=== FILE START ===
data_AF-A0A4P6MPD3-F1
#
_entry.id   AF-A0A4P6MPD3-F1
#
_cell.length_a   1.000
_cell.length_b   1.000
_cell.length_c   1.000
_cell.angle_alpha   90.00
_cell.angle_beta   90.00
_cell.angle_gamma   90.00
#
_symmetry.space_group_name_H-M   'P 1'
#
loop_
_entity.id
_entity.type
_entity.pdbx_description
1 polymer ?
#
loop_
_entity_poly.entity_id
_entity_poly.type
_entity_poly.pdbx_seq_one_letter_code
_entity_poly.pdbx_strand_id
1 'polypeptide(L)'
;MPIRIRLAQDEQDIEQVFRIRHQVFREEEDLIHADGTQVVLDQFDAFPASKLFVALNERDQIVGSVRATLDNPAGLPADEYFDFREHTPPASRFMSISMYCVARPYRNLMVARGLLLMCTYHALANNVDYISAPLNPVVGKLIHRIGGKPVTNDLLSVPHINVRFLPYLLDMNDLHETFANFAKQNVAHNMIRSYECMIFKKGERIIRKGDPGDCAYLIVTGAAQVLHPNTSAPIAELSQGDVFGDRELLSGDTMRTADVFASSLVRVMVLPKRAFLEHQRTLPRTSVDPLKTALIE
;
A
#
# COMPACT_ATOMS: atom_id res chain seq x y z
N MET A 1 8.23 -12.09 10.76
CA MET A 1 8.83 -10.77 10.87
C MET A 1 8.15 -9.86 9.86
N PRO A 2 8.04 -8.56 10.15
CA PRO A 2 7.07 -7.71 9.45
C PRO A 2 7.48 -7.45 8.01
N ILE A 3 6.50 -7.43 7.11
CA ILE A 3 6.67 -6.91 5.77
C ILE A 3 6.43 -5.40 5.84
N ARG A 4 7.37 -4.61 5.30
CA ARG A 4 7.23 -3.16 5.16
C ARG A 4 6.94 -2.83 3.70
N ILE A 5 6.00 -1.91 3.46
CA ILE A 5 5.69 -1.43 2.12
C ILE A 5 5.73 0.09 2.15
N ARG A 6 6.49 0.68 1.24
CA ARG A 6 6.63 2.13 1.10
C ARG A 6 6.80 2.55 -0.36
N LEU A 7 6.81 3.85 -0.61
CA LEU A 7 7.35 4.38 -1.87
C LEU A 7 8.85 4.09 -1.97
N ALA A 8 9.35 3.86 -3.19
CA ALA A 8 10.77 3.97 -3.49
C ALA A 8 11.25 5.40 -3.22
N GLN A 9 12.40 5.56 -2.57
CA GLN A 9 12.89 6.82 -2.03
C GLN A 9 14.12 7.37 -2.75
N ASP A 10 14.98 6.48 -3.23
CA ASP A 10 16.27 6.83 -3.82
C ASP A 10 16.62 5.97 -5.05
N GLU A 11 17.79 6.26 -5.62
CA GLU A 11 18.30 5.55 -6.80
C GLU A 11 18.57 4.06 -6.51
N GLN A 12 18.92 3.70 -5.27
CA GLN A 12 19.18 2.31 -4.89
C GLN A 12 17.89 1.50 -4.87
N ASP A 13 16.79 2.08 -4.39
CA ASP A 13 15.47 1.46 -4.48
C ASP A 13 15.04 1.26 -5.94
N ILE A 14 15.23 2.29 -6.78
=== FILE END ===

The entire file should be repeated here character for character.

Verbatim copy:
data_AF-A0A4P6MPD3-F1
#
_entry.id   AF-A0A4P6MPD3-F1
#
_cell.length_a   1.000
_cell.length_b   1.000
_cell.length_c   1.000
_cell.angle_alpha   90.00
_cell.angle_beta   90.00
_cell.angle_gamma   90.00
#
_symmetry.space_group_name_H-M   'P 1'
#
loop_
_entity.id
_entity.type
_entity.pdbx_description
1 polymer ?
#
loop_
_entity_poly.entity_id
_entity_poly.type
_entity_poly.pdbx_seq_one_letter_code
_entity_poly.pdbx_strand_id
1 'polypeptide(L)'
;MPIRIRLAQDEQDIEQVFRIRHQVFREEEDLIHADGTQVVLDQFDAFPASKLFVALNERDQIVGSVRATLDNPAGLPADEYFDFREHTPPASRFMSISMYCVARPYRNLMVARGLLLMCTYHALANNVDYISAPLNPVVGKLIHRIGGKPVTNDLLSVPHINVRFLPYLLDMNDLHETFANFAKQNVAHNMIRSYECMIFKKGERIIRKGDPGDCAYLIVTGAAQVLHPNTSAPIAELSQGDVFGDRELLSGDTMRTADVFASSLVRVMVLPKRAFLEHQRTLPRTSVDPLKTALIE
;
A
#
# COMPACT_ATOMS: atom_id res chain seq x y z
N MET A 1 8.23 -12.09 10.76
CA MET A 1 8.83 -10.77 10.87
C MET A 1 8.15 -9.86 9.86
N PRO A 2 8.04 -8.56 10.15
CA PRO A 2 7.07 -7.71 9.45
C PRO A 2 7.48 -7.45 8.01
N ILE A 3 6.50 -7.43 7.11
CA ILE A 3 6.67 -6.91 5.77
C ILE A 3 6.43 -5.40 5.84
N ARG A 4 7.37 -4.61 5.30
CA ARG A 4 7.23 -3.16 5.16
C ARG A 4 6.94 -2.83 3.70
N ILE A 5 6.00 -1.91 3.46
CA ILE A 5 5.69 -1.43 2.12
C ILE A 5 5.73 0.09 2.15
N ARG A 6 6.49 0.68 1.24
CA ARG A 6 6.63 2.13 1.10
C ARG A 6 6.80 2.55 -0.36
N LEU A 7 6.81 3.85 -0.61
CA LEU A 7 7.35 4.38 -1.87
C LEU A 7 8.85 4.09 -1.97
N ALA A 8 9.35 3.86 -3.19
CA ALA A 8 10.77 3.97 -3.49
C ALA A 8 11.25 5.40 -3.22
N GLN A 9 12.40 5.56 -2.57
CA GLN A 9 12.89 6.82 -2.03
C GLN A 9 14.12 7.37 -2.75
N ASP A 10 14.98 6.48 -3.23
CA ASP A 10 16.27 6.83 -3.82
C ASP A 10 16.62 5.97 -5.05
N GLU A 11 17.79 6.26 -5.62
CA GLU A 11 18.30 5.55 -6.80
C GLU A 11 18.57 4.06 -6.51
N GLN A 12 18.92 3.70 -5.27
CA GLN A 12 19.18 2.31 -4.89
C GLN A 12 17.89 1.50 -4.87
N ASP A 13 16.79 2.08 -4.39
CA ASP A 13 15.47 1.46 -4.48
C ASP A 13 15.04 1.26 -5.94
N ILE A 14 15.23 2.29 -6.78